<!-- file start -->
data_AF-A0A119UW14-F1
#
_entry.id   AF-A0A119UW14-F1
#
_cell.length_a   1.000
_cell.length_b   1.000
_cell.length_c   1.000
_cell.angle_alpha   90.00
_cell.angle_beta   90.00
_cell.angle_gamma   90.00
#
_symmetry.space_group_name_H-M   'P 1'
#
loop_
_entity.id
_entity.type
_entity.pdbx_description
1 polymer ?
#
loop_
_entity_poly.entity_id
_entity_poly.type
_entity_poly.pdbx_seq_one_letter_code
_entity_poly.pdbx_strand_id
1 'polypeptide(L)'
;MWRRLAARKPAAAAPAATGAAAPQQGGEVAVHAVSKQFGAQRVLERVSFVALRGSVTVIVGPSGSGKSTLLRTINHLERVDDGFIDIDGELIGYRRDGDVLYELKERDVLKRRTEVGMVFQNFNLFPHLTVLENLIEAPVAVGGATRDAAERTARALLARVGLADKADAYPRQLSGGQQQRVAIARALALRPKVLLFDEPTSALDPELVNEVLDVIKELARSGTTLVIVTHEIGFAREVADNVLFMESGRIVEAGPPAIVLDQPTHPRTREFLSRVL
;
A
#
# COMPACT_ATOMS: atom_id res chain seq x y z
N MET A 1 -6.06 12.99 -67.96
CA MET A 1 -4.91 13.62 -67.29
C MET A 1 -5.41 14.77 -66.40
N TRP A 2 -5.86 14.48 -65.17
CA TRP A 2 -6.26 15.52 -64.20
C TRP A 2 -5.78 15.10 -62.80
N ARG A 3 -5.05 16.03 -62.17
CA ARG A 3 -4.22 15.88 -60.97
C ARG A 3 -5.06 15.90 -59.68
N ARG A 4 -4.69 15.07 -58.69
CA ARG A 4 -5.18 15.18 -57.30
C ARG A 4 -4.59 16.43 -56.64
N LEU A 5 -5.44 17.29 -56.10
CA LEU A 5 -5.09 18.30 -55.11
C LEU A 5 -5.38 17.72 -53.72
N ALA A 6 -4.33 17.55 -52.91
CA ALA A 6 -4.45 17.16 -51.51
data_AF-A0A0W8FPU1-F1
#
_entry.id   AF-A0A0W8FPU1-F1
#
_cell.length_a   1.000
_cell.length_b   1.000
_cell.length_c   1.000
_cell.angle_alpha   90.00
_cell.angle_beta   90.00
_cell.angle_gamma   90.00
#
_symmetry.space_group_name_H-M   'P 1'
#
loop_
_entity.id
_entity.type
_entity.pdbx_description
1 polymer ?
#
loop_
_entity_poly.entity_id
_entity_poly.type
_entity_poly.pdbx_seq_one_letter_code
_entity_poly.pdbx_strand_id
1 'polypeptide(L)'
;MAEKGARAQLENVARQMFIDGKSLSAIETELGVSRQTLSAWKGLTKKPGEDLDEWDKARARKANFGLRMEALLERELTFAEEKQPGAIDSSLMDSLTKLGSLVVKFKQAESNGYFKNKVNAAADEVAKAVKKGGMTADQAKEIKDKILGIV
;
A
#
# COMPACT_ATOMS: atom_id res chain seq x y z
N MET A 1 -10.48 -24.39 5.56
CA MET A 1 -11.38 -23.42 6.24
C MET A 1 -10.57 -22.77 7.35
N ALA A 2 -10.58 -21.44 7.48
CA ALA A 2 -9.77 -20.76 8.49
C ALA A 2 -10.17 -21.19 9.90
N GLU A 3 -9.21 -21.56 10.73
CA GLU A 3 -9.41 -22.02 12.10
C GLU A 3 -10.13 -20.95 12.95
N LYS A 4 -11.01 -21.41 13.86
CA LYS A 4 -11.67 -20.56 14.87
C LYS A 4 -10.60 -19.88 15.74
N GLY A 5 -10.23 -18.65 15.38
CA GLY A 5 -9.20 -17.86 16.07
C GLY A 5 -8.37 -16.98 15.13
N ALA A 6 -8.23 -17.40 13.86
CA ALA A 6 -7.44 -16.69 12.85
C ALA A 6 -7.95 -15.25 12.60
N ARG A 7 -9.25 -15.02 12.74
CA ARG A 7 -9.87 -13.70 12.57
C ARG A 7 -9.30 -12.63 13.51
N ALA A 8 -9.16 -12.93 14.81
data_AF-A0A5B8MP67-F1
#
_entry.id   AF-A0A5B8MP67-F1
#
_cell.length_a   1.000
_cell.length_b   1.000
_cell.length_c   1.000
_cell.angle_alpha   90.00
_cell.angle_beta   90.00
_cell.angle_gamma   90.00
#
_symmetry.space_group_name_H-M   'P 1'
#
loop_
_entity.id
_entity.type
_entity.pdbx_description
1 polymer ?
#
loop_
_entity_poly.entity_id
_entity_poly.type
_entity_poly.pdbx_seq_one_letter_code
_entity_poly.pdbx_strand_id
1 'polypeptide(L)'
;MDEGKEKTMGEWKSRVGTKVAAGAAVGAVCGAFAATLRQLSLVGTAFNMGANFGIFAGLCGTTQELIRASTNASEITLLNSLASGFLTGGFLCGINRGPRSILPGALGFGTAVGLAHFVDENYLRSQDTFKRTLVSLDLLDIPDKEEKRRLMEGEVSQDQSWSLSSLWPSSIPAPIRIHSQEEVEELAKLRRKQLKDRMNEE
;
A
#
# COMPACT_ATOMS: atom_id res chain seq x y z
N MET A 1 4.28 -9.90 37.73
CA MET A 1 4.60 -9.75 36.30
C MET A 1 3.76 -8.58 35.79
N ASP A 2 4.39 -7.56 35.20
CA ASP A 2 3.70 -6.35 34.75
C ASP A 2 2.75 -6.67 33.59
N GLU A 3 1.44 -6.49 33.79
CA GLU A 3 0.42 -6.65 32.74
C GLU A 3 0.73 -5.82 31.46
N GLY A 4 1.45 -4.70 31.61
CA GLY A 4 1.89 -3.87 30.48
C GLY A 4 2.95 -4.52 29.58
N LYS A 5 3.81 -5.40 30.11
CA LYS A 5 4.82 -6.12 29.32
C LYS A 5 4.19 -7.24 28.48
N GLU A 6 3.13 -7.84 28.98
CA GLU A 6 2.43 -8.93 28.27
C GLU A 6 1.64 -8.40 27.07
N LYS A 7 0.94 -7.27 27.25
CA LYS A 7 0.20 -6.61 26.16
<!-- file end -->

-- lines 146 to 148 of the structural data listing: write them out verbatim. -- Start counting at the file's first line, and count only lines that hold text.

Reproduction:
CA GLU A 6 2.43 -8.93 28.27
C GLU A 6 1.64 -8.40 27.07
N LYS A 7 0.94 -7.27 27.25